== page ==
Humans have evolved to be omnivores, eating both plants and animals, and so we face a mind-boggling choice three times a day: what to eat for breakfast, lunch and dinner.
Accredited Practising dietician Amanda Benham has been a vegan for 27 years and an APD for 18 years – specialising in vegan and vegetarian nutrition. “I believe a healthy diet for a human is a diet of plant foods,” Ms Benham says.
Community Communications Manager of Meat and Livestock Australia Samantha Jamieson says it’s up to individuals whether they prefer the intake of protein and other nutrients through one “convenient” product of meat or through a range of products. “Humans don’t need to eat meat; it’s a choice that we have,” she says.
The Australian Dietary Guidelines recommend humans eat lean red meat three to four times a week as it contains a bundle of nutrients essential for good health including iron, zinc, omega-3s, vitamin B12 and protein. Ms Benham claims virtually all the nutrients humans need can be obtained from plant food.
For example, iron can be obtained from whole grains and cereals, green vegetables and legumes, and calcium from tofu, almonds and sesame seeds. She believes humans have been conditioned to eat meat as there is no evidence that proves humans need to eat meat and other animal products to be healthy.
“People are actually brainwashed, obviously if people can live to a ripe old age and grow properly as a vegan, how can anyone turn around and say meat is essential for health?” she says.
Ms Benham says a lot of nutritional information is coming straight from the food industry.
“If you read the fine print at the back it’s actually paid for by the meat industry or dairy industry – of course they’re promoting their products,” she says. “I believe it really is the truth versus the status quo, which is heavily dominated by a couple of industries that are trying to brainwash [people] into believing they need to eat animal products.”
Andy Lamey is a vegetarian and PhD student at UWA, writing his thesis on the moral status of animals. He believes food should be regarded as an ethical question and animals as individual sentient beings that have the capacity to experience suffering.
“I think very few people would say it would be okay to torture a dog for fun and if we agree with that common sense idea then it seems less than crazy to think that we can have ethical obligations to the kinds of animals that are raised for food, such as pigs or chickens.”
Gareth Simpson is the owner and cook at Hippo Creek, an African steakhouse with restaurants in Scarborough and Hillarys. “I’m trying to get [customers] to ask more questions, funnily enough,” he says. “I do think that WA needs to be more aware of where beef comes from, the different types of beef and what sort of beef you should be using for meat dishes.”
Meat Standards Australia is a beef, lamb and sheepmeat eating quality program that labels meats with a guaranteed grade and recommended cooking method.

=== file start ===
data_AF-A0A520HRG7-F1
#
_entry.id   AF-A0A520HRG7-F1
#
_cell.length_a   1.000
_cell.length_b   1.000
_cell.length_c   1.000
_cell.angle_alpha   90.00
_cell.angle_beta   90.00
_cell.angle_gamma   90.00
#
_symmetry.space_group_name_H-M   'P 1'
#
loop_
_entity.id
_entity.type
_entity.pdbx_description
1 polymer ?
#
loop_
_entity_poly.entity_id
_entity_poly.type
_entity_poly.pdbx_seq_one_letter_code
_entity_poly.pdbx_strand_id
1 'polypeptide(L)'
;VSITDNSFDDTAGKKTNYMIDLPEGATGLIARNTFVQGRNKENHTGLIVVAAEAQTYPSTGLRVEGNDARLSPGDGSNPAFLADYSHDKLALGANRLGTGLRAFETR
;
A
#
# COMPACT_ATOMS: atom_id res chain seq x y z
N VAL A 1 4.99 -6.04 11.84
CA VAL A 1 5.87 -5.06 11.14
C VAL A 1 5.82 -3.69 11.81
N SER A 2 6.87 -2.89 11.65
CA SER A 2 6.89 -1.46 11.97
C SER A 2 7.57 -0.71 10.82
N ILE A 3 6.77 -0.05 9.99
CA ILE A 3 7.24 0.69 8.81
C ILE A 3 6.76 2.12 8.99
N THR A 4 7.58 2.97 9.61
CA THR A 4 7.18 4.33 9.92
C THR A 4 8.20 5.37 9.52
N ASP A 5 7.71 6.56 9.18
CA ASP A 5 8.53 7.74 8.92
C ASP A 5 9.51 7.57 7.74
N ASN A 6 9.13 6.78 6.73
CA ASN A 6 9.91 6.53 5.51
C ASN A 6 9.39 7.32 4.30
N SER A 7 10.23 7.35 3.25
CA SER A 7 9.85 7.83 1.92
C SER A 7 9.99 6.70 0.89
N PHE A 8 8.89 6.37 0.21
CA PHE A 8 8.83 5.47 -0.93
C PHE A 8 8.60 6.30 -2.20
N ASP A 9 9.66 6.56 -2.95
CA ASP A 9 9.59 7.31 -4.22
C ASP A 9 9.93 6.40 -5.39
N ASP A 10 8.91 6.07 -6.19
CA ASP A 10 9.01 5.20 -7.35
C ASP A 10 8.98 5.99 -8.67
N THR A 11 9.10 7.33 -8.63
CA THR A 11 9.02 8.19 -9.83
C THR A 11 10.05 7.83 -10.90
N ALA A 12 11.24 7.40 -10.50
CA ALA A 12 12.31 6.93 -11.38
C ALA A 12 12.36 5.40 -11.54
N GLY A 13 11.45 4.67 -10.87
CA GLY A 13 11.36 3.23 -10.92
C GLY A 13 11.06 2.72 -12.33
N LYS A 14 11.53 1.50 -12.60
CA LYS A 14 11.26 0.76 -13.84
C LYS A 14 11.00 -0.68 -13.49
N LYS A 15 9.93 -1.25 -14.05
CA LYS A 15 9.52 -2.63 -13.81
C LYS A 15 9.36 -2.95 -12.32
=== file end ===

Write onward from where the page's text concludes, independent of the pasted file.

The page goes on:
Mr Simpson says its introduction basically ensures good control of livestock from the paddock to the plate. “If you’re going to stand up and say you want to serve some of the best steak in your restaurant, then there’s no point in being blasé about where it comes from or how it was produced,” he says.
Mr Lamey says the preference for the taste of meat over vegetarian food is not a good enough reason to consume meat. “If you weigh up the human interest versus the animal interest, particularly when you’re talking about factory farming and methods of slaughter than involve pain to the animal, the loss of the animal seems to outweigh the trivial gain for us,” he says.
Mr Lamey says factory farming sprang up in an era when the idea that people might have ethical obligations to farm animals was given zero weight. Factory farming is a practice commonly associated with raising livestock in confinement on large mass-production farms.
“Animals were treated as less than sentient beings and really just as units of production,” Mr Lamey says. “It was more profitable to design systems that put an emphasis on volume rather than things like moral concern or mercy.”
Ms Jamieson from the MLA says factory farming is something you hear about more in the US and Australia still associates with the “old traditional image of cattle farming with a family operating a farm.” “The majority of cattle and sheep here in Australia are raised in open,” she says.
“I think that everyone involved in farming has a genuine love for animals and are very concerned about the welfare of those animals,” Ms Jamieson says.
Mr Lamey says there is “absolutely no question” that factory farms exist in Australia. “Australia has industrialised agriculture just like any other Western country,” he says.
Livestock’s Long Shadow is a United Nations report released by the Food and Agriculture Organisation of the UN in 2006. The report names the livestock sector as one of the most significant contributors to all of the Earth’s environmental problems, including an 18 per cent contribution towards greenhouse gas emissions.
Ms Jamieson says the report was criticised for not comparing “apples with apples.” She says 11 per cent of Australia’s greenhouse gas emissions come from the livestock section, which is significantly less than other industries.
She says only seven per cent of Australia is actually arable – land that is suitable for growing crops – and it would be hard to produce the same level of protein and vitamins by replacing livestock with vegetables.
by Laura Beckett